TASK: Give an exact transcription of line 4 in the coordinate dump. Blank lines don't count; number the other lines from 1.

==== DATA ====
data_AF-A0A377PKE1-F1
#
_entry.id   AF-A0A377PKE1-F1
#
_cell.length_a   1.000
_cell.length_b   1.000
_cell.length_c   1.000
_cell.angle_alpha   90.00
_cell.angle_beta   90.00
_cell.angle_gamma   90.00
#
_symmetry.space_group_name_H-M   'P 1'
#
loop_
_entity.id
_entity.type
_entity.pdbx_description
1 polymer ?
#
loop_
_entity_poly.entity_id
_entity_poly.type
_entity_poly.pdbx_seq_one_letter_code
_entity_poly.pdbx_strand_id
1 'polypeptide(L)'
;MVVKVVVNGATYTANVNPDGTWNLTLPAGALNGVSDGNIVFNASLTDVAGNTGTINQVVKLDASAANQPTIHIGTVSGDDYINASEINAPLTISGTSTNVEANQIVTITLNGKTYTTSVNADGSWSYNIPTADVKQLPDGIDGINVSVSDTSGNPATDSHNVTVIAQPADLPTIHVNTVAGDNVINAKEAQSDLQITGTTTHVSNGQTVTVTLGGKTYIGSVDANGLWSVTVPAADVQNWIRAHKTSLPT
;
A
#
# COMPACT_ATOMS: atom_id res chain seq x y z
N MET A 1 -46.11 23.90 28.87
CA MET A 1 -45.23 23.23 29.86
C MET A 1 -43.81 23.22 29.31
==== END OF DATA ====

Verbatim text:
#